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Musharraf vs. Shahbaz: Who’s the Better Singer?

Pakistan now has two leading singing political figures, Pervez Musharraf and Shahbaz Sharif. I think they’re both good.

Below is Mush singing while president, in the same hall in which the infamous Abdullah Yousuf danced in a manner that made me want to poke my eyes out. Mush’s artistic debut was first aired on Dunya News. Later, the story was covered on a number of outlets, including BBC News and the pan-Arab al-Arabiyya.

Today, Shahbaz Sharif appeared on a children’s show and sang on two occassions (~16:35 and ~18:09). Unfortunately, the video isn’t available in an embeddable format, so here is the link.

On a related note, Nawaz Sharif, according to some rumors, used to sing to his girlfriend(s) on the phone.

And there are indications that Richard Holbrooke could get into the mix. He’ll be singing somethings from the Beach Boys or Frank Sinatra.

Bilawal is on call to bust out some of his favorites tunes from the Jonas Brothers and Miley Cyrus.

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No Title. Photo Says it All.

 

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Zardari Plays with Fire: Sharif Brothers Disqualified

The Supreme Court of Pakistan has ruled Nawaz and Shahbaz Sharif ineligible for electoral participation.

As a result, Shahbaz Sharif is no longer chief minister of Punjab.  The court decision is effectively a coup by the Peoples Party-led center against the government of the largest province, Punjab.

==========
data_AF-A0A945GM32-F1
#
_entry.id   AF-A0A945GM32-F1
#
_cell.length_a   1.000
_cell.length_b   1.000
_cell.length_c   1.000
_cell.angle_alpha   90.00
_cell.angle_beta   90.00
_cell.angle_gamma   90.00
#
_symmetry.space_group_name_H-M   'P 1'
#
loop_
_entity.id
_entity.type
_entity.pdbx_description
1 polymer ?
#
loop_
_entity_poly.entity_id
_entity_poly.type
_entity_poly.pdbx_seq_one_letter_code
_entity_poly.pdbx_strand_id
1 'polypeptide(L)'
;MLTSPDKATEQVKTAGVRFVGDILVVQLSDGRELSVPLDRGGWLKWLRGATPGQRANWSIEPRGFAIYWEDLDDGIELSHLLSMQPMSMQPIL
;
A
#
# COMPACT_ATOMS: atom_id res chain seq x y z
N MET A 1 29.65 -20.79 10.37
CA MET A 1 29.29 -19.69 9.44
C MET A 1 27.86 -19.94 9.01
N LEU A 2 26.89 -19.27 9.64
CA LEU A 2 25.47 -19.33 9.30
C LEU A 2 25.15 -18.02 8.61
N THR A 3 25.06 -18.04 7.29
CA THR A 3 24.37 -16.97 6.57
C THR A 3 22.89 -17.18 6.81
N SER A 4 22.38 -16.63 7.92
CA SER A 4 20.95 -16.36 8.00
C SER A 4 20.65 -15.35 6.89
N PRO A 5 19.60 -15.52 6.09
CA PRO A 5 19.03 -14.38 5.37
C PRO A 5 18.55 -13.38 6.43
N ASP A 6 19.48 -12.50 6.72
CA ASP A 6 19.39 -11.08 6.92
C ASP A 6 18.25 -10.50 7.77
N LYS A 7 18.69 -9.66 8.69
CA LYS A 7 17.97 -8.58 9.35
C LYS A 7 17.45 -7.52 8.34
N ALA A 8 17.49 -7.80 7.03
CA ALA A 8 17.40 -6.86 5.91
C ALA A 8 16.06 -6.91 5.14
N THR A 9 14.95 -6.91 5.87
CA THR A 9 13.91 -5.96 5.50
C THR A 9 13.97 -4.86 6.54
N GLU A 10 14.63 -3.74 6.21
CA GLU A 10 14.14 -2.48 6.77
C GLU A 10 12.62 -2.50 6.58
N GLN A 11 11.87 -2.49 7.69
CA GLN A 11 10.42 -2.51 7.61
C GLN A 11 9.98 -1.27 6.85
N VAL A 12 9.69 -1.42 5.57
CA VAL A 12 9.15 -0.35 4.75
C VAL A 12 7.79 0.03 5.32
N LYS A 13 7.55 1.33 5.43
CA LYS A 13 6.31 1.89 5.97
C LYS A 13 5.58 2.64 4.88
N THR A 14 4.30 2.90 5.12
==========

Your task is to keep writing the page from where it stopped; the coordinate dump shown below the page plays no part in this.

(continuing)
Sharif legal and political associates state they do not recognize the authority of the Supreme Court, which is led by a judge appointed by former President Pervez Musharraf after he sacked Chief Justice Iftikhar Chaudhry and declared emergency rule.

Fire has ceased in Swat, but the war in Punjab, and perhaps even Islamabad, begins.

Politically, the Sharifs and their faction of the Muslim League (PML-N) — Pakistan’s second largest party — are isolated. Their major allies are those outside of parliament: the lawyers, Jamaat-e Islami, and Tehreek-e Insaaf.

And Pakistan effectively has a national unity government — sans the PML-N.  The PPP-led coalition consists of the Awami National Party (ANP), Fazlur Rehman’s faction of the Jamiat Ulema-e Islam (JUI-F), and the Muttahida Qaumi Movement (MQM).  Despite Shahbaz’s last ditch attempts toward rapproachment with the MQM, neither it nor any of the other coalition members will abandon the PPP.  The ANP is focused on its government in the North-West Frontier Province.  The MQM is uninterested in joining the opposition.  And Fazlur Rehman and family are content with their Pajeros and farm houses.  The fractured and discredited Muslim League – Quaid (PML-Q) could also join the central government.  Shujaat Hussain, the head of the PML-Q, expressed his support for the court’s decision.

The PML-N is a few seats short of a majority in the Punjab Assembly.  The PPP is positioned to form a government with the PML-Q there.